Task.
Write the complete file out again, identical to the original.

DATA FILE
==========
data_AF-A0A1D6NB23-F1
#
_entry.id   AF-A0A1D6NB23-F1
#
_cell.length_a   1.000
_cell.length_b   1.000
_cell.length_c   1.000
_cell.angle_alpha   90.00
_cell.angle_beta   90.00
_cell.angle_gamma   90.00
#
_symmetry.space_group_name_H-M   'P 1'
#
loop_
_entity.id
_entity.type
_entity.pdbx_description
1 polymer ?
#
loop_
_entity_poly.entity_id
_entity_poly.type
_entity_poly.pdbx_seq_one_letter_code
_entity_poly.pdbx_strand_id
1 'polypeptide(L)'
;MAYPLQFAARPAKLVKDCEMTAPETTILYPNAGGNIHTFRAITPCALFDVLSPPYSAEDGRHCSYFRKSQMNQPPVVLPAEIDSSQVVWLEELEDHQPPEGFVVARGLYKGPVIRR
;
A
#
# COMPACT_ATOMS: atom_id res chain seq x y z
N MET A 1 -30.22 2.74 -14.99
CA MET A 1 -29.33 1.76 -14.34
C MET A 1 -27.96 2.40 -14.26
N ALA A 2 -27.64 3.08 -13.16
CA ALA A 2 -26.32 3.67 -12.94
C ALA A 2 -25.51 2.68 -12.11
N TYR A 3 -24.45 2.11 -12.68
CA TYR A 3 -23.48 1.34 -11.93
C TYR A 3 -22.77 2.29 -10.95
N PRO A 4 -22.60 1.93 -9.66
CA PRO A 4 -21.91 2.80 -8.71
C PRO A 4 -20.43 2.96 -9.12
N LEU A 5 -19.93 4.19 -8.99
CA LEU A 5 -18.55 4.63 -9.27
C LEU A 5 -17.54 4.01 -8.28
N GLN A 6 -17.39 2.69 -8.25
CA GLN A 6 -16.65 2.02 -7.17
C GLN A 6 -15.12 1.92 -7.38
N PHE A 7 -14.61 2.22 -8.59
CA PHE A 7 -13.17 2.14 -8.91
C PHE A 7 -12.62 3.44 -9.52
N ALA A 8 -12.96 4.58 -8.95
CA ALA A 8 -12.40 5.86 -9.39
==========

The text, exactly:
data_AF-A0A1D6NB23-F1
#
_entry.id   AF-A0A1D6NB23-F1
#
_cell.length_a   1.000
_cell.length_b   1.000
_cell.length_c   1.000
_cell.angle_alpha   90.00
_cell.angle_beta   90.00
_cell.angle_gamma   90.00
#
_symmetry.space_group_name_H-M   'P 1'
#
loop_
_entity.id
_entity.type
_entity.pdbx_description
1 polymer ?
#
loop_
_entity_poly.entity_id
_entity_poly.type
_entity_poly.pdbx_seq_one_letter_code
_entity_poly.pdbx_strand_id
1 'polypeptide(L)'
;MAYPLQFAARPAKLVKDCEMTAPETTILYPNAGGNIHTFRAITPCALFDVLSPPYSAEDGRHCSYFRKSQMNQPPVVLPAEIDSSQVVWLEELEDHQPPEGFVVARGLYKGPVIRR
;
A
#
# COMPACT_ATOMS: atom_id res chain seq x y z
N MET A 1 -30.22 2.74 -14.99
CA MET A 1 -29.33 1.76 -14.34
C MET A 1 -27.96 2.40 -14.26
N ALA A 2 -27.64 3.08 -13.16
CA ALA A 2 -26.32 3.67 -12.94
C ALA A 2 -25.51 2.68 -12.11
N TYR A 3 -24.45 2.11 -12.68
CA TYR A 3 -23.48 1.34 -11.93
C TYR A 3 -22.77 2.29 -10.95
N PRO A 4 -22.60 1.93 -9.66
CA PRO A 4 -21.91 2.80 -8.71
C PRO A 4 -20.43 2.96 -9.12
N LEU A 5 -19.93 4.19 -8.99
CA LEU A 5 -18.55 4.63 -9.27
C LEU A 5 -17.54 4.01 -8.28
N GLN A 6 -17.39 2.69 -8.25
CA GLN A 6 -16.65 2.02 -7.17
C GLN A 6 -15.12 1.92 -7.38
N PHE A 7 -14.61 2.22 -8.59
CA PHE A 7 -13.17 2.14 -8.91
C PHE A 7 -12.62 3.44 -9.52
N ALA A 8 -12.96 4.58 -8.95
CA ALA A 8 -12.40 5.86 -9.39